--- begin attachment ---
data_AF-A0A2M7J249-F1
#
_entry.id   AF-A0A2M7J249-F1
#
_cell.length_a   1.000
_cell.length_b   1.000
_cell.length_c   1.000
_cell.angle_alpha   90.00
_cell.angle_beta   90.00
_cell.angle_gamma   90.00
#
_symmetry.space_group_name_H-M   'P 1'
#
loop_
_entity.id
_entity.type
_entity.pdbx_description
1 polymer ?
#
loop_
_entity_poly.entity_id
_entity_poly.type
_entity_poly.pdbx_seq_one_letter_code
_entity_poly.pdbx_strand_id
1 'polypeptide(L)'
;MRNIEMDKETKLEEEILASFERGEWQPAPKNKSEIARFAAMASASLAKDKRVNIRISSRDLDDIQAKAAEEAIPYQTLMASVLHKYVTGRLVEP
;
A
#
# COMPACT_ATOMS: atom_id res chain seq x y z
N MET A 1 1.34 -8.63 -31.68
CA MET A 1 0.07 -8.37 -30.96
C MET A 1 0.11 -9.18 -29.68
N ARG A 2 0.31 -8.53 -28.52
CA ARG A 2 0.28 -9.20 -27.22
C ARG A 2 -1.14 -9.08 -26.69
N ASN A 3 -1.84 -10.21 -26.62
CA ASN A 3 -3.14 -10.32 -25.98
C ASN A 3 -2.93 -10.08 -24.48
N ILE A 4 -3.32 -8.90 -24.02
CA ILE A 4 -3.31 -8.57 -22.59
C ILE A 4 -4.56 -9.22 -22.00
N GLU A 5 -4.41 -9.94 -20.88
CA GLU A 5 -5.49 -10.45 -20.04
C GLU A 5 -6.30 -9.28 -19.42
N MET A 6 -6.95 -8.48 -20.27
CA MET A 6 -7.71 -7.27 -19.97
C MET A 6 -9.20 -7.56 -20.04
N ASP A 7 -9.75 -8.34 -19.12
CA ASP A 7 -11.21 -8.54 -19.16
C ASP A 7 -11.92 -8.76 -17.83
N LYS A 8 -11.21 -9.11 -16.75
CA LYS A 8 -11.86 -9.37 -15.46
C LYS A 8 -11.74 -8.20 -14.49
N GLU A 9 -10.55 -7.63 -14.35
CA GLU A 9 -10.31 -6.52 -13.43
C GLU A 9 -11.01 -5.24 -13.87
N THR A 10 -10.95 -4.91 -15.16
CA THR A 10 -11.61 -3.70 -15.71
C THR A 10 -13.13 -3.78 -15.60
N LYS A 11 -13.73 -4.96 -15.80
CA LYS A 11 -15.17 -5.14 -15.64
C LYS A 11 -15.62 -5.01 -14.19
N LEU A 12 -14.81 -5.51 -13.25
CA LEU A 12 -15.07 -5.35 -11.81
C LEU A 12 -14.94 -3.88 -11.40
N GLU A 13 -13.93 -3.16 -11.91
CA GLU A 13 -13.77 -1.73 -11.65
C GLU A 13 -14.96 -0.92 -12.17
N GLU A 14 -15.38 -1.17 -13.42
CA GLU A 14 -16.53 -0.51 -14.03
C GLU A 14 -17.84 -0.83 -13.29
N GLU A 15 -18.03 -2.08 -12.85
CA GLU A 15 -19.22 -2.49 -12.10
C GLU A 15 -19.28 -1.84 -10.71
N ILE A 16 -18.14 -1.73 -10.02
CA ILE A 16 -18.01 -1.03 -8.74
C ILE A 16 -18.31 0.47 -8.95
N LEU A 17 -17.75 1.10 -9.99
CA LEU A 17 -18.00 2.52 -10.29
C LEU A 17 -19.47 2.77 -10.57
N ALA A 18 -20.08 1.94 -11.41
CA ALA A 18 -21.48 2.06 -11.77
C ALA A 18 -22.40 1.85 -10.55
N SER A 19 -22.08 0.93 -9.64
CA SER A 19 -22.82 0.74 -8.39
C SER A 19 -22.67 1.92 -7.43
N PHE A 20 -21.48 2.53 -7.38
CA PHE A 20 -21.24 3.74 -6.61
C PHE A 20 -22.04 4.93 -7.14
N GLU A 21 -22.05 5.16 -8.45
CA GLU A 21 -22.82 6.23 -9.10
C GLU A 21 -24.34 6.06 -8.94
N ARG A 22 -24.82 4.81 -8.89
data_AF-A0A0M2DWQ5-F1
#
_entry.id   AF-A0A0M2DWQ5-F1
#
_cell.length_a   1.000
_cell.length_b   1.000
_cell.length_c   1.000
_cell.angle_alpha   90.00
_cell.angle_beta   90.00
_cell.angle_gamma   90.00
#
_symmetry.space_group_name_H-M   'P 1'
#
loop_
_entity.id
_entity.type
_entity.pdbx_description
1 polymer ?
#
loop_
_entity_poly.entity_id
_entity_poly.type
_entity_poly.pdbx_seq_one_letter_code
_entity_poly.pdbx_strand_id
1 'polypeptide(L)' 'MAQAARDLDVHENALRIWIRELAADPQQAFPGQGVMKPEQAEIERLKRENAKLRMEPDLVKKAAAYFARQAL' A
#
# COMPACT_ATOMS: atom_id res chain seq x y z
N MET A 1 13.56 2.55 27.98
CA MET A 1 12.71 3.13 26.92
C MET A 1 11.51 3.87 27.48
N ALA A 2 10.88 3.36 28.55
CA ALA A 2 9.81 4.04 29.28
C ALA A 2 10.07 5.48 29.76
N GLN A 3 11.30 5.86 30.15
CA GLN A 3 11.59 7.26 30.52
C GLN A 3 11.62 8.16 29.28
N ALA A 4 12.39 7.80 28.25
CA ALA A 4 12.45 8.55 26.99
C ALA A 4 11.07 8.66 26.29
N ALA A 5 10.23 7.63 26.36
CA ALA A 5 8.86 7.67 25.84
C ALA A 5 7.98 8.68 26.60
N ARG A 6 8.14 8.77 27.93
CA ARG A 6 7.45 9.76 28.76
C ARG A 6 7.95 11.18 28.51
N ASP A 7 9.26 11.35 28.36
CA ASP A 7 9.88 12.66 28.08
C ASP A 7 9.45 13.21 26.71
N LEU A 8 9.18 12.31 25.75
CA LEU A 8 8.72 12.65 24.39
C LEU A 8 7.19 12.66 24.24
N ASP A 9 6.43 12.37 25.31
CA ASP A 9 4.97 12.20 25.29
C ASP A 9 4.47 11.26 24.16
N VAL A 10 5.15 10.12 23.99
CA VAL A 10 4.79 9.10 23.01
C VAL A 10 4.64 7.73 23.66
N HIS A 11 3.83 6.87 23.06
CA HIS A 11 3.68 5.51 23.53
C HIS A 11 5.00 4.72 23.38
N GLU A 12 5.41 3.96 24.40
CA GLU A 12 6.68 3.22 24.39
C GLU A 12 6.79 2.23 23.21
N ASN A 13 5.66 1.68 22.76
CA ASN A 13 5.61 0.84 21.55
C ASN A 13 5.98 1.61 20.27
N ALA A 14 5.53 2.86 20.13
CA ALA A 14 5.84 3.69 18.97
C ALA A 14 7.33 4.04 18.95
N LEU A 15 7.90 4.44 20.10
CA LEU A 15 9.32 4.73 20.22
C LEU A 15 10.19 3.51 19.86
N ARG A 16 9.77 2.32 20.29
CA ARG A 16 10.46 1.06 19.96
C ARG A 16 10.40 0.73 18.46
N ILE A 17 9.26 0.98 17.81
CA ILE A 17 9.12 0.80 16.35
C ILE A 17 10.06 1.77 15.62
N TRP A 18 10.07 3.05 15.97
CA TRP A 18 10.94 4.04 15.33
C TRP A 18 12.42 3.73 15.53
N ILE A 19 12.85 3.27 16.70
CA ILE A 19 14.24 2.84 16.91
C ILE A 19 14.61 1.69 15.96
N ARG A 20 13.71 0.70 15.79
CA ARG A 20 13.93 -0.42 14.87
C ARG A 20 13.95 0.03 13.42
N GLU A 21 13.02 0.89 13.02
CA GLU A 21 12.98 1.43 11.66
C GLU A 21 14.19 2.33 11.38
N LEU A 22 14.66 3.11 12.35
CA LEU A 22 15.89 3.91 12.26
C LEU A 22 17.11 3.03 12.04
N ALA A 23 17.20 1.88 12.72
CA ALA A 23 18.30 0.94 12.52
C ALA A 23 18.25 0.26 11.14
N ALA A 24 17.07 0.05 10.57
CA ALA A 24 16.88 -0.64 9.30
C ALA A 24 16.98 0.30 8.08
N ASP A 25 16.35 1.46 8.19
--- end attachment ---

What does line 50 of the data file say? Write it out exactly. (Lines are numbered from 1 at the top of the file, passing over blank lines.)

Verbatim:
CA ASP A 7 -11.21 -8.54 -19.16